|Preamble | Politics & Governance | Security & Conflict Resolution|
|The Economy & Infrastructure Base | The Society & Human Capital Development | The Environment|
- Every country has its ‘lost generation’. Some were stolen away by war, some by economic downturns, and some by visionless governments. Nigeria is perhaps the only one stolen by too much power, money, leisure and privilege. When Britain’s colonial administrators lowered the Union Jack in Lagos on October 1, 1960, Nigeria was Africa’s great hope. Its pool of talent, mass of fertile land and newly discovered oil promised economic transformation and a role leading independent Africa onto the global stage.
- Fifty years on and despite our vast wealth – abundant natural resources, talents and human capacity (at home and abroad) with which we are endowed , we as a nation continue to struggle with the most basic needs (food, shelter, water and sanitation, electricity, etc) – paralyzed by : wide spread poverty, endemic corruption; high levels of unemployment; impoverished education, decaying health and social care systems, chaotic transport, communications and other essential infrastructure; less than adequate institutions of government at all levels; broken down system of law, order, security of life and property; weak, fragile and unstable economy, financial systems and institutions etc.
- Today, gun wielding policemen still openly collect bribes; hospitals and universities are struggling as much as ever; crime is rampant – kidnapping, has now turned into a cottage industry…. For the common man, things have never been so bad; for the politician, things have never been so good.
- Many Nigerians have completely lost faith in the country’s ability to govern itself not just because of the problems facing the country but due to a fundamental lack of faith in the leaders at the helm of affairs. Without confidence in the system and its leaders, democratic principles are eroded, further jeopardizing the country’s future.
- Angered by failures of corrupt and poor leadership; frustrated by economic policies that did not deliver, impatient to recover from lost civil rights; worn out by conflicts, Nigerian people are now striving for a fresh start. The start must come from a new team committed to acceptable and sustainable reforms. The mood now in Nigeria is changing as people begin to speak out more confidently against corruption, human rights abuses and criticise the unpopular policies of government. In every corner now in Nigeria, there is no debate on what is critical to the future of the country: CHANGE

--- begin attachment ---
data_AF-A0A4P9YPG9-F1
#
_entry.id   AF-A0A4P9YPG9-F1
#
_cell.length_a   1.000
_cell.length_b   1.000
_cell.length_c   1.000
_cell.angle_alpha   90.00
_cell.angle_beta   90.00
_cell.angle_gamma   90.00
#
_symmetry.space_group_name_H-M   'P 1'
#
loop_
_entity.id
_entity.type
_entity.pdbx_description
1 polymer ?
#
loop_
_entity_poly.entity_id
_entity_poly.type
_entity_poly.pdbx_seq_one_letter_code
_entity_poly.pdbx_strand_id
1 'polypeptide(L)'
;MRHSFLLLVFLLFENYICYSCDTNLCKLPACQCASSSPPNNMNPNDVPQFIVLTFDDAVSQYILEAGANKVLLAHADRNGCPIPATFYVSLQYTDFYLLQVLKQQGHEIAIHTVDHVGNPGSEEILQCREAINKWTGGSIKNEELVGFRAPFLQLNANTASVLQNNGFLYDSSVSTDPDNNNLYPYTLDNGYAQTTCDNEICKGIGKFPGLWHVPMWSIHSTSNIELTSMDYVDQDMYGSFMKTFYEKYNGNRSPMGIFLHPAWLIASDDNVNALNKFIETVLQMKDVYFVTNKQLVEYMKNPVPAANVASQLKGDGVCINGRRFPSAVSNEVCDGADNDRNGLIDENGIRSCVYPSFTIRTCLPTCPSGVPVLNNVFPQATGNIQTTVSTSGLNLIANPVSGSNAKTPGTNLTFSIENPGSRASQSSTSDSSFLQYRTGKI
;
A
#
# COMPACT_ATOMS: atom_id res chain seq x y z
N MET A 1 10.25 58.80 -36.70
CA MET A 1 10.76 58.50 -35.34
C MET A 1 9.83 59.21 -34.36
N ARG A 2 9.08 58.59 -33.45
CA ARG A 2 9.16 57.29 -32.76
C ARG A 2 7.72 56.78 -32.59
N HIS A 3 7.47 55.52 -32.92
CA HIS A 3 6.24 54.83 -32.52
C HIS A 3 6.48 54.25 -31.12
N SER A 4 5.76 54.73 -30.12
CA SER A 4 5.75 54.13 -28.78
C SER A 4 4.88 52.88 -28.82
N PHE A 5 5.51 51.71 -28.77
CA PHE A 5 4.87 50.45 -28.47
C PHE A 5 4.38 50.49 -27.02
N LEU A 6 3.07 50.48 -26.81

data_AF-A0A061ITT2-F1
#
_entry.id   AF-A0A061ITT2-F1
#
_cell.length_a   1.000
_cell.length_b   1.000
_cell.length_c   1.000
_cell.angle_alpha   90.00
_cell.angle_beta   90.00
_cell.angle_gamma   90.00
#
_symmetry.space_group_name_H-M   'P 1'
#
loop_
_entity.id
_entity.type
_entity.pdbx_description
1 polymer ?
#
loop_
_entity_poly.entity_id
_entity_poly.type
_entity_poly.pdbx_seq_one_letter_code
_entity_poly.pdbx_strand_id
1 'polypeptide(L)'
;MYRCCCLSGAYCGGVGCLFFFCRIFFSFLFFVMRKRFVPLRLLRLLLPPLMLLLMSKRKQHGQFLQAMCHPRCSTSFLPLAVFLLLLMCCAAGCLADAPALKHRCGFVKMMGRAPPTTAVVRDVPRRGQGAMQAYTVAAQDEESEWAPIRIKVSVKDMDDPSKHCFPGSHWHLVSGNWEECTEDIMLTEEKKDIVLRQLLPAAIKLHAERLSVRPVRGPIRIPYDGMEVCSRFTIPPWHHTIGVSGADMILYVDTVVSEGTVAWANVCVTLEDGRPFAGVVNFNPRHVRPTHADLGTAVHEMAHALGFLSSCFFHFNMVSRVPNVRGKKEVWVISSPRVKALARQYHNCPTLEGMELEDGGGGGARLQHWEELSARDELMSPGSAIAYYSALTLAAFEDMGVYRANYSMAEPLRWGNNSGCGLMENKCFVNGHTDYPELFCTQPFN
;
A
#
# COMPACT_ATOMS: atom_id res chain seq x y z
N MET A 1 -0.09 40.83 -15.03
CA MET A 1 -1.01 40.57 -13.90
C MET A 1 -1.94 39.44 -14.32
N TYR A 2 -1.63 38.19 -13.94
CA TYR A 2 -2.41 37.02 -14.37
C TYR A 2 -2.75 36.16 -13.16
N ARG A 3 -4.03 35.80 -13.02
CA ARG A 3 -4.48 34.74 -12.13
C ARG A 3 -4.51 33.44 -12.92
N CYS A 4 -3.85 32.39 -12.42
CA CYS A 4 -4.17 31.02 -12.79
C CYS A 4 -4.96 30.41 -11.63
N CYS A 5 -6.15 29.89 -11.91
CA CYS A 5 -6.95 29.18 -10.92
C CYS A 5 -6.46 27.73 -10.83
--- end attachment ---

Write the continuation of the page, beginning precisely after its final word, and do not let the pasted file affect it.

- What is certain in Nigeria today is that almost everything needs to be fixed. Nigeria today has all the ingredients for both success and failure. Skewing the role of the State towards serving special interests; division of its citizens along ethnic and religious lines and trapping generations in poverty all stubbornly remain in place. Changing the nation for good is no longer a question of choice but that of will and courage.
- The challenge, perhaps, facing all Nigerians (at home and abroad) is whether there is enough will and courage among Nigerian citizens to unite, commit and resolve to radically reform, modernise and move the nation forward –not looking backward to the failed policies and practices of the past.
- As a nation and Sub Saharan Africa’s leading energy producer, we are in danger of squandering another opportunity to upgrade our infrastructure, revive public services and secure the good of the individual.
Our Commitment to Change Nigeria
The nation goes into general elections in April 2011, with trust in politics, politicians and the leaders at an all-time-low. We can understand why: years of broken promises; corruption; the feeling that politicians have become too remote from the people, etc. Many Nigerians have completely lost faith in the country’s ability to govern itself not just because of the problems facing the country but due to a fundamental lack of faith in the leaders at the helm of affairs.
The challenge, perhaps, facing all of us as Nigerians is whether there is enough will and courage amongst us as citizens to unite, commit and resolve to radically reform, modernise and move the nation forward –not looking backward to the failed policies and practices of the past. It’s no longer a question of choice but that of will and courage! This document sets out our side of the bargain: the things we want to do to change Nigeria. We cannot do it on our own. We will only get our economy moving, mend our broken infrastructure and society, reform our rotting political system if we all get involved, take responsibility, and work together. Click to see each of our Five (5) areas of Commitment to Change: